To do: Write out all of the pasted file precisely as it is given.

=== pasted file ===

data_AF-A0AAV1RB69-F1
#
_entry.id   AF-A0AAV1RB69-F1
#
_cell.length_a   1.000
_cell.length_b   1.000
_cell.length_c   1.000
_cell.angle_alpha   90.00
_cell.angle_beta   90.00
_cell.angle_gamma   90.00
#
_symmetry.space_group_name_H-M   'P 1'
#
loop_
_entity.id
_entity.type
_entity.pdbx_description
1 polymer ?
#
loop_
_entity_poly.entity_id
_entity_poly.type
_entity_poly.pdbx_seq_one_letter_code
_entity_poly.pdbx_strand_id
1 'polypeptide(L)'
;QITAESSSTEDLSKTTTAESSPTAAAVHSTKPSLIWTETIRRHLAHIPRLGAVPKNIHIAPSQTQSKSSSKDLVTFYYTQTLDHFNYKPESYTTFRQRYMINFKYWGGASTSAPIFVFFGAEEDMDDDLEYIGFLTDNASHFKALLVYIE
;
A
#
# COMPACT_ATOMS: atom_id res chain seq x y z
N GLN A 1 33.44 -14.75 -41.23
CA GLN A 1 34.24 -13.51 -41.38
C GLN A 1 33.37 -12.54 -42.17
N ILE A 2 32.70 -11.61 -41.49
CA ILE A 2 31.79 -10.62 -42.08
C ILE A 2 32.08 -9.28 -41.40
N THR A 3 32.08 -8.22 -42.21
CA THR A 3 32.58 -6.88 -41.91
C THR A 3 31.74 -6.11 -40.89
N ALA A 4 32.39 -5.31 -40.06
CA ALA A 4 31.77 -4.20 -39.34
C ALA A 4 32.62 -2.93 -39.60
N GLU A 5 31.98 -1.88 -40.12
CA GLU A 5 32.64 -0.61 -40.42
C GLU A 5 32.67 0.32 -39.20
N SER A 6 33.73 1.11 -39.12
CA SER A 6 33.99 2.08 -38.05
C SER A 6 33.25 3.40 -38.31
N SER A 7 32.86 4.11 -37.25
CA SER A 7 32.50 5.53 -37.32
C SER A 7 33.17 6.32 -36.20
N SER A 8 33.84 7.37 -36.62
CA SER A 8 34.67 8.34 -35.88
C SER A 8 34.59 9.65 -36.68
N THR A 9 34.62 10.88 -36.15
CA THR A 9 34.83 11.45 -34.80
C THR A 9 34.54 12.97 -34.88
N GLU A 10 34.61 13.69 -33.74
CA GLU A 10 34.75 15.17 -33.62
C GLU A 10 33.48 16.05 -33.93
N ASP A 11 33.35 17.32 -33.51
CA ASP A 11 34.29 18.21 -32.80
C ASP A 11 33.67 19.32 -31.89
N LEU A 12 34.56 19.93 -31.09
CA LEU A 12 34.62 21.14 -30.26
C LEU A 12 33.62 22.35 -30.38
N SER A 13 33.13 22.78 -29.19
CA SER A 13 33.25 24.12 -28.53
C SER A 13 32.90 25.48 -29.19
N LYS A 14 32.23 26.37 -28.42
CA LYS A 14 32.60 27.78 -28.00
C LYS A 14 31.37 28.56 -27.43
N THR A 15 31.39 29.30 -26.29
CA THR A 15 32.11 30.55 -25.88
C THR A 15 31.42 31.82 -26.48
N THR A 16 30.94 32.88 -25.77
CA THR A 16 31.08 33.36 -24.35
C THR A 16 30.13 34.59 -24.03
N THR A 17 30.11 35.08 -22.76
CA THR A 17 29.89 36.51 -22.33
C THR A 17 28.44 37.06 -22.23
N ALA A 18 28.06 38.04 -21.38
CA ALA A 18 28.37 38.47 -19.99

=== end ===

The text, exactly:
data_AF-A0AAV1RB69-F1
#
_entry.id   AF-A0AAV1RB69-F1
#
_cell.length_a   1.000
_cell.length_b   1.000
_cell.length_c   1.000
_cell.angle_alpha   90.00
_cell.angle_beta   90.00
_cell.angle_gamma   90.00
#
_symmetry.space_group_name_H-M   'P 1'
#
loop_
_entity.id
_entity.type
_entity.pdbx_description
1 polymer ?
#
loop_
_entity_poly.entity_id
_entity_poly.type
_entity_poly.pdbx_seq_one_letter_code
_entity_poly.pdbx_strand_id
1 'polypeptide(L)'
;QITAESSSTEDLSKTTTAESSPTAAAVHSTKPSLIWTETIRRHLAHIPRLGAVPKNIHIAPSQTQSKSSSKDLVTFYYTQTLDHFNYKPESYTTFRQRYMINFKYWGGASTSAPIFVFFGAEEDMDDDLEYIGFLTDNASHFKALLVYIE
;
A
#
# COMPACT_ATOMS: atom_id res chain seq x y z
N GLN A 1 33.44 -14.75 -41.23
CA GLN A 1 34.24 -13.51 -41.38
C GLN A 1 33.37 -12.54 -42.17
N ILE A 2 32.70 -11.61 -41.49
CA ILE A 2 31.79 -10.62 -42.08
C ILE A 2 32.08 -9.28 -41.40
N THR A 3 32.08 -8.22 -42.21
CA THR A 3 32.58 -6.88 -41.91
C THR A 3 31.74 -6.11 -40.89
N ALA A 4 32.39 -5.31 -40.06
CA ALA A 4 31.77 -4.20 -39.34
C ALA A 4 32.62 -2.93 -39.60
N GLU A 5 31.98 -1.88 -40.12
CA GLU A 5 32.64 -0.61 -40.42
C GLU A 5 32.67 0.32 -39.20
N SER A 6 33.73 1.11 -39.12
CA SER A 6 33.99 2.08 -38.05
C SER A 6 33.25 3.40 -38.31
N SER A 7 32.86 4.11 -37.25
CA SER A 7 32.50 5.53 -37.32
C SER A 7 33.17 6.32 -36.20
N SER A 8 33.84 7.37 -36.62
CA SER A 8 34.67 8.34 -35.88
C SER A 8 34.59 9.65 -36.68
N THR A 9 34.62 10.88 -36.15
CA THR A 9 34.83 11.45 -34.80
C THR A 9 34.54 12.97 -34.88
N GLU A 10 34.61 13.69 -33.74
CA GLU A 10 34.75 15.17 -33.62
C GLU A 10 33.48 16.05 -33.93
N ASP A 11 33.35 17.32 -33.51
CA ASP A 11 34.29 18.21 -32.80
C ASP A 11 33.67 19.32 -31.89
N LEU A 12 34.56 19.93 -31.09
CA LEU A 12 34.62 21.14 -30.26
C LEU A 12 33.62 22.35 -30.38
N SER A 13 33.13 22.78 -29.19
CA SER A 13 33.25 24.12 -28.53
C SER A 13 32.90 25.48 -29.19
N LYS A 14 32.23 26.37 -28.42
CA LYS A 14 32.60 27.78 -28.00
C LYS A 14 31.37 28.56 -27.43
N THR A 15 31.39 29.30 -26.29
CA THR A 15 32.11 30.55 -25.88
C THR A 15 31.42 31.82 -26.48
N THR A 16 30.94 32.88 -25.77
CA THR A 16 31.08 33.36 -24.35
C THR A 16 30.13 34.59 -24.03
N THR A 17 30.11 35.08 -22.76
CA THR A 17 29.89 36.51 -22.33
C THR A 17 28.44 37.06 -22.23
N ALA A 18 28.06 38.04 -21.38
CA ALA A 18 28.37 38.47 -19.99